It was one of those rare occasions that I had the pattern (drop waist, hello!), I had the perfect fabric, and I had a pretty keen desire to put some impractical stash to good use. I would rarely copy my source of inspiration outright (she says as she gathers fabric for her Dior coat knock off), but guys, this is Chanel!
 
Should I open up a can of worms here and ask what you guys think about copying designers? My personal feelings are that if you are giving credit where credit is due and not mass producing the items for sale, then it's no big deal. I'll always reference my point of inspiration, and since there was no chance of me ever purchasing the item in the first place, I'm hardly affecting anyone's bottom line. I do still feel like a bit of a cheat though.
 
 
 
 

 

 









Sunday, October 19, 2014

Japanese corduroy culottes

My last pair of culottes are getting so much wear right now that I knew another pair wouldn't go astray. This time I played around with the design a little. I kept the length, not just because I quite like the longer hem trend, but also because it keeps my legs warm in Winter.


Once again, I started with my Esther shorts pattern. I made the same modifications as with my green culottes, but simply skipped the pleats. I also widened the waistband a smidgen, moved the zipper to the back and added side seam pockets.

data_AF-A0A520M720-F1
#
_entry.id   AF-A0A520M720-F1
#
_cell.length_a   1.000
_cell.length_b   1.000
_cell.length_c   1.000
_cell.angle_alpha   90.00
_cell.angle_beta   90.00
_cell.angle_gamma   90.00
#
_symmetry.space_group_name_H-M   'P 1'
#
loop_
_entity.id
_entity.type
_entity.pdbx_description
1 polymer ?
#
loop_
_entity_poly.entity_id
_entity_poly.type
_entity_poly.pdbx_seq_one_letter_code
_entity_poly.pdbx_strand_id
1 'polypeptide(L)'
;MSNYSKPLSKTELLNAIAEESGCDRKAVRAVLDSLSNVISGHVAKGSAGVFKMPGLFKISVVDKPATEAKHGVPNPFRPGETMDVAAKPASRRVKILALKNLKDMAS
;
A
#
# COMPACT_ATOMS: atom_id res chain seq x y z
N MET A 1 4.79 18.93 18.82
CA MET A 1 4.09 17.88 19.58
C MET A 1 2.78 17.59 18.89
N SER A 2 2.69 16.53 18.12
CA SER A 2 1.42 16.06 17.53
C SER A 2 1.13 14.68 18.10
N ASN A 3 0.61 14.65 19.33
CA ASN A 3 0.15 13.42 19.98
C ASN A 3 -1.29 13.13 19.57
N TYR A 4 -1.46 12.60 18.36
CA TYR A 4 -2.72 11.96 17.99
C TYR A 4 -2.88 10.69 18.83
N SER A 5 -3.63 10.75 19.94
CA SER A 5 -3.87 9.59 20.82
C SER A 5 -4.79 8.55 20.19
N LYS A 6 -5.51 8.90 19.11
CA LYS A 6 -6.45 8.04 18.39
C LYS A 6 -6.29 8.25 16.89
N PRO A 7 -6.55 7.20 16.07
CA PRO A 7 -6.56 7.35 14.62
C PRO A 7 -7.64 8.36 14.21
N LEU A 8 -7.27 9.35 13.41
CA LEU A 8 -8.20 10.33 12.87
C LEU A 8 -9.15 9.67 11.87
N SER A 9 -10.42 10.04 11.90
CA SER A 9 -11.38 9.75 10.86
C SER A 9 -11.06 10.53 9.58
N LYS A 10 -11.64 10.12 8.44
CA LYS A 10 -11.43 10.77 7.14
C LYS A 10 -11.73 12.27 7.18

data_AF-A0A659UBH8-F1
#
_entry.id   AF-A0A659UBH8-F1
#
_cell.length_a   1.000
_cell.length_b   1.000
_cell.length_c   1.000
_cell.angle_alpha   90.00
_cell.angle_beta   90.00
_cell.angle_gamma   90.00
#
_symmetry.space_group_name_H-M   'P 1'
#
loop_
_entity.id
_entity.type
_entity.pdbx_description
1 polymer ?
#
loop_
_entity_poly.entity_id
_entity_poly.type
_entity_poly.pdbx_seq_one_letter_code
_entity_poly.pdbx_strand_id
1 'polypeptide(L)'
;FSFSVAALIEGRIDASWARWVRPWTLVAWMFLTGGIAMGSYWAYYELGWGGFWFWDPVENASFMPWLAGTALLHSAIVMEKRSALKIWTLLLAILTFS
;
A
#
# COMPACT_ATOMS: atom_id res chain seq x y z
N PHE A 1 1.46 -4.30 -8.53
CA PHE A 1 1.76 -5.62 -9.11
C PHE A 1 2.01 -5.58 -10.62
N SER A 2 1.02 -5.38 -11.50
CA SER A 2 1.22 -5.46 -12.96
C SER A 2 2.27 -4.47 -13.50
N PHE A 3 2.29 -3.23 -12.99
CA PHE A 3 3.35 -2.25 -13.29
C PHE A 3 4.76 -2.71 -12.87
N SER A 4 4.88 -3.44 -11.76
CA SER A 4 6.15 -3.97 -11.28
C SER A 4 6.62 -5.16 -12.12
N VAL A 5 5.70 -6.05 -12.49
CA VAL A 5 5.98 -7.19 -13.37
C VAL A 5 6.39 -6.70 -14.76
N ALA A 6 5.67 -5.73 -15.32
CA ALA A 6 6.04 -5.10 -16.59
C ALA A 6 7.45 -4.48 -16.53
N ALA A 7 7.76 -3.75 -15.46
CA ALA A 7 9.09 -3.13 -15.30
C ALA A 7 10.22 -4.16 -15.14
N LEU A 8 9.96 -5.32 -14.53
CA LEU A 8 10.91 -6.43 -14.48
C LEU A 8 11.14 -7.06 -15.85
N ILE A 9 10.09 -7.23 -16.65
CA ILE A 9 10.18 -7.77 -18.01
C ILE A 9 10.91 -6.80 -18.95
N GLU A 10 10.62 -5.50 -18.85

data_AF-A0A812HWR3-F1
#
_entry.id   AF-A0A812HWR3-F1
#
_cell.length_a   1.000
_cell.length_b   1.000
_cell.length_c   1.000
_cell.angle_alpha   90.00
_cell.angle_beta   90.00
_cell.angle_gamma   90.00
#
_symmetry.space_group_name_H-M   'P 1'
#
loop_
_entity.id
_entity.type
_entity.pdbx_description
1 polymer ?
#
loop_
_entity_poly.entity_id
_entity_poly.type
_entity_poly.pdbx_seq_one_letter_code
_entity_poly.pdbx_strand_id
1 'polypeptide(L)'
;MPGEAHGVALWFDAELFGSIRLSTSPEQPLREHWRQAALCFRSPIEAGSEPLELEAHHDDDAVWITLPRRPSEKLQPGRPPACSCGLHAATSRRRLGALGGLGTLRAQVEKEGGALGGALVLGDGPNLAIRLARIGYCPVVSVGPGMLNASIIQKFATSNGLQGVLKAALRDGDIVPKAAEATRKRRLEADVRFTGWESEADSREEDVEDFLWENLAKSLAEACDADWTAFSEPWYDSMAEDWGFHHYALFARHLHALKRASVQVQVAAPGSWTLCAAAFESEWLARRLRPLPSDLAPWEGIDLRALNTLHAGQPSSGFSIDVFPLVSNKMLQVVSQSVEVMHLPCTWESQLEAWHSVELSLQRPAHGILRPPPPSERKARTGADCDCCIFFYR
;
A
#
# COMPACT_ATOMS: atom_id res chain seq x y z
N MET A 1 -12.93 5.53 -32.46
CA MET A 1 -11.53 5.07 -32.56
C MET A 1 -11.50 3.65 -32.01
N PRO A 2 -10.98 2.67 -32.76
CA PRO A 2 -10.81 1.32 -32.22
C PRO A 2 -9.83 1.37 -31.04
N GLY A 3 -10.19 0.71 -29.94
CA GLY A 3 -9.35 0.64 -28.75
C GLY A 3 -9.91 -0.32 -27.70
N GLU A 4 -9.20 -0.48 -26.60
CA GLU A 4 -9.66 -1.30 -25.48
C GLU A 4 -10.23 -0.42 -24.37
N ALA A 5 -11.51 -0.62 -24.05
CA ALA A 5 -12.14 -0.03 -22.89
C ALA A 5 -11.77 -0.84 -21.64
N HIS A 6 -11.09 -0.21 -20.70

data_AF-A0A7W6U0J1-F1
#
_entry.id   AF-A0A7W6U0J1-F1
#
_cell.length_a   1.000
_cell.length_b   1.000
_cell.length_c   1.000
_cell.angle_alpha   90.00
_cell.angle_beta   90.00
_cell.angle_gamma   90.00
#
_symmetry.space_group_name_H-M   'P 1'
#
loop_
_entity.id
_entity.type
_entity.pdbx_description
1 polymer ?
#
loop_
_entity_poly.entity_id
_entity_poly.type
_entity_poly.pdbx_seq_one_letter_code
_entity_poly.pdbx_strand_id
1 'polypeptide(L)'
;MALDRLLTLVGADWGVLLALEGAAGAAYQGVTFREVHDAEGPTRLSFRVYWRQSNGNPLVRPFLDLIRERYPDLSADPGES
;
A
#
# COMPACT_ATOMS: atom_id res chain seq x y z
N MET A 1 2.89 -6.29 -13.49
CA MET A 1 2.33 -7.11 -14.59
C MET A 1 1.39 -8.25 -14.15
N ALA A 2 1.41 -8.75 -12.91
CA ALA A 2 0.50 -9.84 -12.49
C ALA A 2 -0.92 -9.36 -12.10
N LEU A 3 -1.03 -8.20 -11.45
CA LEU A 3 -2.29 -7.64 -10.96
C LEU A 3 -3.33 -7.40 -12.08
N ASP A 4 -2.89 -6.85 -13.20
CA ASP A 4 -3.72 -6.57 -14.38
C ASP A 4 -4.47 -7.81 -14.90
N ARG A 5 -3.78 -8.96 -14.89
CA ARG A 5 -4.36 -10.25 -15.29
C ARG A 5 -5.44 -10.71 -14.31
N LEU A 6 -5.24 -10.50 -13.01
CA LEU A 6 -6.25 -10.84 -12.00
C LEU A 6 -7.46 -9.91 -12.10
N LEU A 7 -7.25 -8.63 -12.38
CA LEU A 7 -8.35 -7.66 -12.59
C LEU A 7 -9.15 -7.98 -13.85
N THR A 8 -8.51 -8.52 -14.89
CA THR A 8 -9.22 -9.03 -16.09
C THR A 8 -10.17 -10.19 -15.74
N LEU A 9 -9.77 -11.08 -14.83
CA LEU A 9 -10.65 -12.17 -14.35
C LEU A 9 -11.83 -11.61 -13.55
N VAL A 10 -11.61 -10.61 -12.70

I also tried something new in the construction of these culottes. Have you noticed that RTW pants never have waistbands like we sew at home? I've had these suit pants for about seven years now. Have a look at how beautiful their innards are.


The edge of the inside waistband is bound with pretty binding. It's so simple to do and it means that you don't have to bother with folding the edge under and painstakingly pin it to ensure you catch it all perfectly as you stitch blindly from the other side. I actually don't know why it's taken me this long to try this technique. It looks better and it's way easier. I bound the inside of my waistband with Liberty of London and stitched in the ditch from the other side. Next time I will bind the pocket edges too.


There is a lot less fabric in these culottes compared to my last version. This is just because I took out the pleats. This cord is also a lot lighter in weight. I could see this style of pant working well for Summer in either linen or cotton, at this length or just below the knee. If it weren't Fall here, I'd be making myself a slightly shorter version in denim. In fact, I might still do so...